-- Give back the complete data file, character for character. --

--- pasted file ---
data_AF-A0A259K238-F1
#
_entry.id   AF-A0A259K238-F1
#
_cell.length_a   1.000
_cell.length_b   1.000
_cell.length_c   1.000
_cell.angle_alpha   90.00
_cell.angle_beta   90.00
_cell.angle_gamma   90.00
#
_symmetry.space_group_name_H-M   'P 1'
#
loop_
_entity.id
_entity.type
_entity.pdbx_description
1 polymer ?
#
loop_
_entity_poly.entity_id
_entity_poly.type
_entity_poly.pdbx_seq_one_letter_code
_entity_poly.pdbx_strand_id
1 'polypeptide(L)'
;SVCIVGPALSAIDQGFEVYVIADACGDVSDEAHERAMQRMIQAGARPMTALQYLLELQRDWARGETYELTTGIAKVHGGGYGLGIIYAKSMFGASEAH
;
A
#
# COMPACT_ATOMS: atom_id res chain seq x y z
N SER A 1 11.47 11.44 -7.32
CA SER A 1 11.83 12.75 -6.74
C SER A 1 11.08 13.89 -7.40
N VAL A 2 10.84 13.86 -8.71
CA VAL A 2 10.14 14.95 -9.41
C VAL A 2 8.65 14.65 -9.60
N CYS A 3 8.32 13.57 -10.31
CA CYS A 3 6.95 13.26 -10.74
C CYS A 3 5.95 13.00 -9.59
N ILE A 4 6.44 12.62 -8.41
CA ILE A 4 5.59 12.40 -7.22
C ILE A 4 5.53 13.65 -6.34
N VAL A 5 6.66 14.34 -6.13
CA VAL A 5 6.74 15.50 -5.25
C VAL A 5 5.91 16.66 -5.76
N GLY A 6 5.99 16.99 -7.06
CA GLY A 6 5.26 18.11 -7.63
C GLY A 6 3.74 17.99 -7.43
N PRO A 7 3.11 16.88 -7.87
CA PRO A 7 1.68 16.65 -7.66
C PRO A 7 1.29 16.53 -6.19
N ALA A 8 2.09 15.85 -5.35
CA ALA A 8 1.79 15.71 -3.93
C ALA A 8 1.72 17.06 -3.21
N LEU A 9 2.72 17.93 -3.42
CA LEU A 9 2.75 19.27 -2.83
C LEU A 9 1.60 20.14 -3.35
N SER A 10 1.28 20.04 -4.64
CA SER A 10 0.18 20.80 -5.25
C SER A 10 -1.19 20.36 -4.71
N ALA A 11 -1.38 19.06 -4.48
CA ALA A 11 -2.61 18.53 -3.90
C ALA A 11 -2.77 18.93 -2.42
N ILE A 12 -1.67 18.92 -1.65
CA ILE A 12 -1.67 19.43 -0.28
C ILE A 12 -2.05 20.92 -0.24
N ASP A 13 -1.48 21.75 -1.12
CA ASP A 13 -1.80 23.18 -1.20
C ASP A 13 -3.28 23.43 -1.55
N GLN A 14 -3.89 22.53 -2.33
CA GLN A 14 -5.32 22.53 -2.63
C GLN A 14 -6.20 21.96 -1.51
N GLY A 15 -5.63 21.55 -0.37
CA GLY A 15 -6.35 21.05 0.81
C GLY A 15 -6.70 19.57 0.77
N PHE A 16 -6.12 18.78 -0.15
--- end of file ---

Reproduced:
data_AF-A0A259K238-F1
#
_entry.id   AF-A0A259K238-F1
#
_cell.length_a   1.000
_cell.length_b   1.000
_cell.length_c   1.000
_cell.angle_alpha   90.00
_cell.angle_beta   90.00
_cell.angle_gamma   90.00
#
_symmetry.space_group_name_H-M   'P 1'
#
loop_
_entity.id
_entity.type
_entity.pdbx_description
1 polymer ?
#
loop_
_entity_poly.entity_id
_entity_poly.type
_entity_poly.pdbx_seq_one_letter_code
_entity_poly.pdbx_strand_id
1 'polypeptide(L)'
;SVCIVGPALSAIDQGFEVYVIADACGDVSDEAHERAMQRMIQAGARPMTALQYLLELQRDWARGETYELTTGIAKVHGGGYGLGIIYAKSMFGASEAH
;
A
#
# COMPACT_ATOMS: atom_id res chain seq x y z
N SER A 1 11.47 11.44 -7.32
CA SER A 1 11.83 12.75 -6.74
C SER A 1 11.08 13.89 -7.40
N VAL A 2 10.84 13.86 -8.71
CA VAL A 2 10.14 14.95 -9.41
C VAL A 2 8.65 14.65 -9.60
N CYS A 3 8.32 13.57 -10.31
CA CYS A 3 6.95 13.26 -10.74
C CYS A 3 5.95 13.00 -9.59
N ILE A 4 6.44 12.62 -8.41
CA ILE A 4 5.59 12.40 -7.22
C ILE A 4 5.53 13.65 -6.34
N VAL A 5 6.66 14.34 -6.13
CA VAL A 5 6.74 15.50 -5.25
C VAL A 5 5.91 16.66 -5.76
N GLY A 6 5.99 16.99 -7.06
CA GLY A 6 5.26 18.11 -7.63
C GLY A 6 3.74 17.99 -7.43
N PRO A 7 3.11 16.88 -7.87
CA PRO A 7 1.68 16.65 -7.66
C PRO A 7 1.29 16.53 -6.19
N ALA A 8 2.09 15.85 -5.35
CA ALA A 8 1.79 15.71 -3.93
C ALA A 8 1.72 17.06 -3.21
N LEU A 9 2.72 17.93 -3.42
CA LEU A 9 2.75 19.27 -2.83
C LEU A 9 1.60 20.14 -3.35
N SER A 10 1.28 20.04 -4.64
CA SER A 10 0.18 20.80 -5.25
C SER A 10 -1.19 20.36 -4.71
N ALA A 11 -1.38 19.06 -4.48
CA ALA A 11 -2.61 18.53 -3.90
C ALA A 11 -2.77 18.93 -2.42
N ILE A 12 -1.67 18.92 -1.65
CA ILE A 12 -1.67 19.43 -0.28
C ILE A 12 -2.05 20.92 -0.24
N ASP A 13 -1.48 21.75 -1.12
CA ASP A 13 -1.80 23.18 -1.20
C ASP A 13 -3.28 23.43 -1.55
N GLN A 14 -3.89 22.53 -2.33
CA GLN A 14 -5.32 22.53 -2.63
C GLN A 14 -6.20 21.96 -1.51
N GLY A 15 -5.63 21.55 -0.37
CA GLY A 15 -6.35 21.05 0.81
C GLY A 15 -6.70 19.57 0.77
N PHE A 16 -6.12 18.78 -0.15